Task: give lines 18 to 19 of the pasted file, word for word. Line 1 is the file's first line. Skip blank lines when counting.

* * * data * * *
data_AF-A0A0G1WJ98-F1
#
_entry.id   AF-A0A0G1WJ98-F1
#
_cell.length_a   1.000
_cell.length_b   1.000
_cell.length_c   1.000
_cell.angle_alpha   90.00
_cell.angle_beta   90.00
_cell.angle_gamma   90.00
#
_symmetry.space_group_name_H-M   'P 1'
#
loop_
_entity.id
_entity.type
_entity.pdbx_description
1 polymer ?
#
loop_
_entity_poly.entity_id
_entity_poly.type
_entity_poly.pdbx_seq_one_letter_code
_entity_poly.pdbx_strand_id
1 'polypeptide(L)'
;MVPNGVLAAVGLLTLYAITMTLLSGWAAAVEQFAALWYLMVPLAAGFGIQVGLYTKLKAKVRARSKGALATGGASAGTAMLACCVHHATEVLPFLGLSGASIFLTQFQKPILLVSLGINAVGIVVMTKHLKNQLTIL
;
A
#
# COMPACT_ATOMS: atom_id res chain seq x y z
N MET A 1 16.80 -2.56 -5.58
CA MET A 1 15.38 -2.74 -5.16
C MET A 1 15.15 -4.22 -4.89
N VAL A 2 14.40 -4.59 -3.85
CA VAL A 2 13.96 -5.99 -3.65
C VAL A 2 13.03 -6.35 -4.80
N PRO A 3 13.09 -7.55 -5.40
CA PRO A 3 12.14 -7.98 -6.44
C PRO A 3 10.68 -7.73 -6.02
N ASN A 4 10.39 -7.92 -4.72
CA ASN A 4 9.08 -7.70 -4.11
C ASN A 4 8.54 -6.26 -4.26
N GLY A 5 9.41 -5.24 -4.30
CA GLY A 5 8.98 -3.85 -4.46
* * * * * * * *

1 polymer ?
#